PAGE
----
Trojan Tribune

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Cooney calls it a career

After teaching for 26 years, English teacher Howard Cooney is now retiring.

After+teaching+for+26+years%2C+English+teacher+Howard+Cooney+is+now+retiring.+
After teaching for 26 years, English teacher Howard Cooney is now retiring.

After teaching for 26 years, English teacher Howard Cooney is now retiring.

After teaching for 26 years, English teacher Howard Cooney is now retiring.

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After teaching for 26 years, Howard Cooney is now retiring.

Cooney was born in Bell, California, but grew up in Long Beach, California. He studied at Long Beach City College where he earned his AA. “I also went to Long Beach State, and majored in English, earning my B.A, M.A.,” he said.

He then started working in Hawaii. “I worked one year in Ho Maka Ho Drug Rehabilitation Facility one year, Seabury Hall two years, Kekaulike High School five years,” he said. After living in Maui for thirty-two years, he then moved to California, where he then taught at Long Beach State University for two years and then spent the last 16 years of his career at Alisal High School.

Cooney ended up moving back to California because of his wife. Cooney stated, “I left Maui after living there for 32 years. I left because my wife at the time wanted to be nearer her daughter and two grandchildren, who lived in Carmel Valley.”

Cooney then began working at Alisal shortly after he moved back to California. Cooney has only taught English. “But I have taught at all grade levels (but only one freshman class for one year). For a number of years I ran all the remediation programs during the year (Summer Intersession, Winter Intersession, Spring Intersession) and for 10 years I was the AP Coordinator,” he said.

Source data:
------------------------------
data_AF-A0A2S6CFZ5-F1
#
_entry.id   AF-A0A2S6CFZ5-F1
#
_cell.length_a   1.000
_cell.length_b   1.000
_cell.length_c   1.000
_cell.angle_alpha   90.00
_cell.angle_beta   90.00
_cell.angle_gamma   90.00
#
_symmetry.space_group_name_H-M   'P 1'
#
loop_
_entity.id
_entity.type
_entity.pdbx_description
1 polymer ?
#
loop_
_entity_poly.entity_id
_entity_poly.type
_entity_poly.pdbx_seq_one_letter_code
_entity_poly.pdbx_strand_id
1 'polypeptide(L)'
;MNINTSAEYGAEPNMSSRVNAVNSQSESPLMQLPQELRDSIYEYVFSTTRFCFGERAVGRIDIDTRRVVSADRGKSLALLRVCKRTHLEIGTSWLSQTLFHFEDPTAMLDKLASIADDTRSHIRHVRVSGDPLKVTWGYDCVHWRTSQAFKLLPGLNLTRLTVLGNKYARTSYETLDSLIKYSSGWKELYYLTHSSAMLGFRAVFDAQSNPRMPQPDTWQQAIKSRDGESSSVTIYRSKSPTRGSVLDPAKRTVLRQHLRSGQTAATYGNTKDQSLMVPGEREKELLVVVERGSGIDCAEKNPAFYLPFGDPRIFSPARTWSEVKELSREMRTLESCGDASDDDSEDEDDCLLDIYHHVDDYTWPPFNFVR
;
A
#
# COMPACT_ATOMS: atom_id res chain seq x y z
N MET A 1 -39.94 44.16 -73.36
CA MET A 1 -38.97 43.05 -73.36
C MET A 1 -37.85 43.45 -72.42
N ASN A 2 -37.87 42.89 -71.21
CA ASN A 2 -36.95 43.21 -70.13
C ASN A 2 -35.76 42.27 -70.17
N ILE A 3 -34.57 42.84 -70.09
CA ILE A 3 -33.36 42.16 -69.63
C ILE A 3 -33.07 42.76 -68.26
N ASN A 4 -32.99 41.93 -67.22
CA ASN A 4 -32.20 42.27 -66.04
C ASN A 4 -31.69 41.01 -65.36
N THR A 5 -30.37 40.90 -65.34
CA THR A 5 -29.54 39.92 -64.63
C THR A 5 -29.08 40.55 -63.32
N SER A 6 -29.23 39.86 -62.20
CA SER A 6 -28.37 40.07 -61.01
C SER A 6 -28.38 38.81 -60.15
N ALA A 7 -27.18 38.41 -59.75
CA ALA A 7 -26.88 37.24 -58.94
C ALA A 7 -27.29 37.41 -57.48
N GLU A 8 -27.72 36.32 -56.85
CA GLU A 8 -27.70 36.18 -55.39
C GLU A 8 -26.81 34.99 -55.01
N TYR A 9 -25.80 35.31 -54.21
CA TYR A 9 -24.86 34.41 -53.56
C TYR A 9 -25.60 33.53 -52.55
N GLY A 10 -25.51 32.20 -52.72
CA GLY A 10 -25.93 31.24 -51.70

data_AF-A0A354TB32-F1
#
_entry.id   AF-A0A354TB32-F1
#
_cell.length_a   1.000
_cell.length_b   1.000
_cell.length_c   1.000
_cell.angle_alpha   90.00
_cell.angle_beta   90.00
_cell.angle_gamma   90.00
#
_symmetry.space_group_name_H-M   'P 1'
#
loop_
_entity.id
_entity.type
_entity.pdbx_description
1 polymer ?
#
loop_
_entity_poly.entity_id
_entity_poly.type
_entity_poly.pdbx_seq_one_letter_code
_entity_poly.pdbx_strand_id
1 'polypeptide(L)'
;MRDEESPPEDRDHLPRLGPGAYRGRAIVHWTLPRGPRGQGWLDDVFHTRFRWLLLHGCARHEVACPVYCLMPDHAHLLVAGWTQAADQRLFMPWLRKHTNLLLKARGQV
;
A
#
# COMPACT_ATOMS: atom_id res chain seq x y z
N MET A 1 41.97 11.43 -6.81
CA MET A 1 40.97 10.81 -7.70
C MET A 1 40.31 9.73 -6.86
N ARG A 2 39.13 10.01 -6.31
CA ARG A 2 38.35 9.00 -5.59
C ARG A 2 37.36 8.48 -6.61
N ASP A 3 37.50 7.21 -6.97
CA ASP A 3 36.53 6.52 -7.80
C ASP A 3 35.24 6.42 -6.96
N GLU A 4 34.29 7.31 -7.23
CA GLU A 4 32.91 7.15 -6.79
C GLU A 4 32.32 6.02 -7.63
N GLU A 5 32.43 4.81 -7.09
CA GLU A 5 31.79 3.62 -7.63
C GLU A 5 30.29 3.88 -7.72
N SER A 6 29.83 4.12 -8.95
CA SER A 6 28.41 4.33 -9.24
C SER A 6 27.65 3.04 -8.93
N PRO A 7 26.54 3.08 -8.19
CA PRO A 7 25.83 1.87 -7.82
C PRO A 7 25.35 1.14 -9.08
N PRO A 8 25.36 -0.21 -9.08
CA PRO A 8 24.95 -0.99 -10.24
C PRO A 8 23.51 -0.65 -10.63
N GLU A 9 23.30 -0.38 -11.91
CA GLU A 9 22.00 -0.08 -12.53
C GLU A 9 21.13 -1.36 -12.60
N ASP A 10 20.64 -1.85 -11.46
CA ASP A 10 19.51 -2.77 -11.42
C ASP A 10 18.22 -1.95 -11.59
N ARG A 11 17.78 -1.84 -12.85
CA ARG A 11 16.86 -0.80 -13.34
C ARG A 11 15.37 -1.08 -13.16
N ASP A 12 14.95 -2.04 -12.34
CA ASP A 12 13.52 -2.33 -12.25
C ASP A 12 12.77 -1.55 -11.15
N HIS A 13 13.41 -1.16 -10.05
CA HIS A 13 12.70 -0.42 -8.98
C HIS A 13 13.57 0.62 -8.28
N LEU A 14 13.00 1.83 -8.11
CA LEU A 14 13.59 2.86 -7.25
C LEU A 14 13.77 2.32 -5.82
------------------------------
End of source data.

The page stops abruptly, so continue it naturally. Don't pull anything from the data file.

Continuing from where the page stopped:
What Cooney loves the most about Alisal is that the admin really leaves them alone as long as they’re doing their jobs. He said, “I love the students. I love being the underdog. I love being part of the struggle to overcome. And I love Mexican food and mariachi music.”

He will be missed by his English colleagues. English Department Chair Jane Albano stated, “Though he is thousands of miles away from Hawaii, his home, Mr. Cooney always has the aloha spirit. He may sometimes seems gruff on the outside, but he is always kind and generous, always givingfrom the bottom of his heart of gold. Mahalo nui loa, Mr. Cooney! Alisal will miss you.” Ignacio Mendez, who had started working around the same time as Cooney and his been his neighbor, will also miss Mr. Cooney. He said, “I’m a little sad and happy for him. I’m sad because we have been great colleagues and we started the same year. I have always told him he’s like my American father. I’m also happy for him because it’s his next chapter of his life. He finally getsto do some of the things he enjoys doing without having to worry about getting up early in the mornings. I will miss him dearly and just wish him the best.”

While living in Hawaii, Cooney had many hobbies – surfing and outrigging canoeing. “In Hawaii, being a member of a canoe club is pretty much a lifestyle, and it is a celebration of all things Hawaiian: food, hula, music, language, etc. I was a member of the best one in the state, Hawaiian Canoe Club,” he said.  Unfortunately, the water here is way too cold for him. So, he just travels abroad.

Since he’ll be moving back to Maui, Cooney will definitely find something to do. He said, “I’m sure I’ll find something to do. I have some opportunities in education there. I’m also going to renew my country club and canoe club memberships and get back into golf and get back in the water.”

Over the past sixteen years of working at Alisal High, Cooney had made some pretty memorable memories. One thing he won’t forget is his first open house when he met the parents of his students who worked ten to twelve hour shifts to ask how their kid was doing in school. He said, “Throughout the years I have had a wonderful experience being part of the Alisal family. When life has handed me tough times, it has been my friends on the faculty/staff and the students who have given me support and encouragement. That’s what makes this place special.”

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Cooney calls it a career